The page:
The story of the “Turtle Traders” is probably one of the greatest trading stories of all time, says Markus Heitkoetter of Rockwell Trading.
It started with Richard Dennis and Bill Eckhardt, two great commodity traders, who argued about whether or not great traders were born or made. Richard believed he could TEACH people to become great traders, and Bill thought that they were born.
So eventually they made a bet, and they took out ads in Barron's, The Wall Street Journal, and The New York Times, looking for individuals who wanted to become traders but didn’t have any trading experience.
Out of 1,000 applicants Richard Dennis recruited 23 people—and taught them his trading methods. He called them his “Turtles,” after visiting turtle farms in Asia, where they were growing turtles. He said: “I will grow traders like they grow turtles on these farms.”
And these turtle traders—traders who have never traded before—collectively made over $426 million in profits.
So How Did They Do It?
For years, there was a lot of secrecy around their trading methods. But eventually, they revealed their “secret trading system.” Stick around, and I’ll give you the exact system a little bit later.
How Did They Select “Good Traders”?
They received 1,000 applications. Out of these applications, they conducted 80 interviews, and they only selected 23 “Turtles.”
So, what were they looking for? What made them reject 9,977 applicants and only select 23?
They were looking for people who had an unusual combination of:
Yes, they also had specific entry and exit criteria for every trade, and I’ll give them to you in a moment.
Good Trader vs. Bad Trader
But first, let’s talk about these character traits and what makes a good trader vs. bad trader.
A good trader has a trading plan and has the discipline to follow it.
A trader plan consists of three things:
- What to trade?
- When to enter?
- When to exit?
That’s it. Simple enough right? Yet most traders don’t have this simple plan. Many traders have a bad habit of hopping from one trade to another—following the next “hot tip” from Reddit, their friends, or the talking heads on TV. They don’t have a specific plan.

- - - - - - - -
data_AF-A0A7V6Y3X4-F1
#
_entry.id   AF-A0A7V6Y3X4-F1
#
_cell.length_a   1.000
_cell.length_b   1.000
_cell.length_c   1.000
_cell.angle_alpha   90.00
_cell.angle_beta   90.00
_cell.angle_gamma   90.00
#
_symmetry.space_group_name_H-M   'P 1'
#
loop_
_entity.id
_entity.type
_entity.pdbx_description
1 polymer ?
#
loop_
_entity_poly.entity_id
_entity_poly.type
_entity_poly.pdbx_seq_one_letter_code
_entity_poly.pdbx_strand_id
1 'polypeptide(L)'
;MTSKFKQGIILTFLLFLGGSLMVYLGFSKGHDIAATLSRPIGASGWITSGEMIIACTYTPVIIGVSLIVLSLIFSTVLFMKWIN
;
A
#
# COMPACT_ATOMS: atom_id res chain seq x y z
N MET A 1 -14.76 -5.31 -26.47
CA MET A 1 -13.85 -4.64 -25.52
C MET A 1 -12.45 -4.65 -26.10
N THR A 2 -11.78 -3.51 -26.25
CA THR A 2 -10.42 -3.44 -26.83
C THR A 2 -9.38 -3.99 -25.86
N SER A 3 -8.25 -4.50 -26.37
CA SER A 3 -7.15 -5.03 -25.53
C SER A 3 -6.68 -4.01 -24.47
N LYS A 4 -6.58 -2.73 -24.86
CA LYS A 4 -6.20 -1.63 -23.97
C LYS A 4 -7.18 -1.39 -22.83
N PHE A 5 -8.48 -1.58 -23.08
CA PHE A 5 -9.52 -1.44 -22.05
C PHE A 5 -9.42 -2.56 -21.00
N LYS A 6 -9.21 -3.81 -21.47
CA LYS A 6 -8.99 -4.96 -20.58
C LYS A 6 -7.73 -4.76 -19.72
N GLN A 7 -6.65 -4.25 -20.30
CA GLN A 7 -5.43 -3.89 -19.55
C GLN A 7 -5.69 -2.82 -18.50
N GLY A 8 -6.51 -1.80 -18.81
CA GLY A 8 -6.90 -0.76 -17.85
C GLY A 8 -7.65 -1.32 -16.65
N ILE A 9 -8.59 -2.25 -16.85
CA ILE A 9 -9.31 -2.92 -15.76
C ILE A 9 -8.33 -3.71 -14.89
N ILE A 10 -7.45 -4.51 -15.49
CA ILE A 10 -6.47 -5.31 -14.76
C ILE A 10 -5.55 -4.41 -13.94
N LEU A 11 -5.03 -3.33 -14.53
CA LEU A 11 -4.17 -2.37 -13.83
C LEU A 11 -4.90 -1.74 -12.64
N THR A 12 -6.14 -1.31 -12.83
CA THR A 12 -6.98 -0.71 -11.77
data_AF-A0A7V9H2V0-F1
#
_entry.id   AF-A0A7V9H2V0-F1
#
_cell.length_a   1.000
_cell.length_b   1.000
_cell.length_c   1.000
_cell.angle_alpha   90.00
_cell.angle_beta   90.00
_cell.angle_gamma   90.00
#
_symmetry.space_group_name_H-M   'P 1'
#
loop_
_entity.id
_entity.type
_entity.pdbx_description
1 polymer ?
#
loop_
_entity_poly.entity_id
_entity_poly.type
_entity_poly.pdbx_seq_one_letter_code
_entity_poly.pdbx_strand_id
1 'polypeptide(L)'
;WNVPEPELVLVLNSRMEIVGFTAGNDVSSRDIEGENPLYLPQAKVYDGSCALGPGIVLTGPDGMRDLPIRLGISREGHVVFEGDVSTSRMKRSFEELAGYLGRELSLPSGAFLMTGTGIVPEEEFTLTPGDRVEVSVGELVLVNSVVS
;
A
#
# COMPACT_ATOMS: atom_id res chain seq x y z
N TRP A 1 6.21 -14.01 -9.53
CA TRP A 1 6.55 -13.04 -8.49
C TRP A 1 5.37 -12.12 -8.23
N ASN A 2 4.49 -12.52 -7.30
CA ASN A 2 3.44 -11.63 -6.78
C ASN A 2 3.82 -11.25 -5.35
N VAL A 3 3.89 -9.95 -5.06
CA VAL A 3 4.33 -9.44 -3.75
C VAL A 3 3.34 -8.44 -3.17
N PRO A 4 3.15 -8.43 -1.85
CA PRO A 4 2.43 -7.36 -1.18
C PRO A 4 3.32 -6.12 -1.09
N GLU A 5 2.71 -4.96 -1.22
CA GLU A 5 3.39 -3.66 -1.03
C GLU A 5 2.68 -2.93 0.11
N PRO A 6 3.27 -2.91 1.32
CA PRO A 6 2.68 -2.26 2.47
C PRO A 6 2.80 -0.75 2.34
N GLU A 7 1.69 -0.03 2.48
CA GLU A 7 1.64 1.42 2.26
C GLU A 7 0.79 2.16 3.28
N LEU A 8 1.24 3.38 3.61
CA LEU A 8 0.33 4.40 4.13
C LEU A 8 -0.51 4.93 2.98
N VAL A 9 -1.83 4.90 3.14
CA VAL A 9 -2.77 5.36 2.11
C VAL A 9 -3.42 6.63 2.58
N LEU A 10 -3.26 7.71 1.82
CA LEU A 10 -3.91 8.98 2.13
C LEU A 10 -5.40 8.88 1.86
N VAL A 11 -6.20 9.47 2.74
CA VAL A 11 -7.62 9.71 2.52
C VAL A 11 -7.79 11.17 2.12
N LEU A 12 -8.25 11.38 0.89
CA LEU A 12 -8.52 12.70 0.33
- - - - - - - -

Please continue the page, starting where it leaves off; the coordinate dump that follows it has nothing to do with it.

Step 1 is to have a plan.
Step 2 is to FOLLOW your plan.
Let me tell you a quick story:
You have a plan. Let’s say you are trading the “PowerX Strategy“ or “The Wheel Strategy.“ You have your set of rules and know exactly WHAT to trade, when to ENTER, and when to EXIT. You know that you should only trade “value stocks” when trading “The Wheel Strategy.” But you see this stock on the scanner with AWESOME premiums. It’s not a “value stock”…but boy oh boy: You can make a few thousand dollars in a few days!
Do you trade it? Well, of course you do. And at first, things go well. It seems that the market is rewarding you for breaking the rules. But then reality catches up with you and the trade goes against you. Now you get mad, upset, frustrated. And the next day, what do you do? You break your rules again.
Many traders do this over and over again. No surprise most traders lose money when trading. Discipline is extremely important when trading. It’s also one of the most difficult things for a trader to master. It’s completely necessary if you want to be a successful trader. Let’s talk about the next character trait of good traders: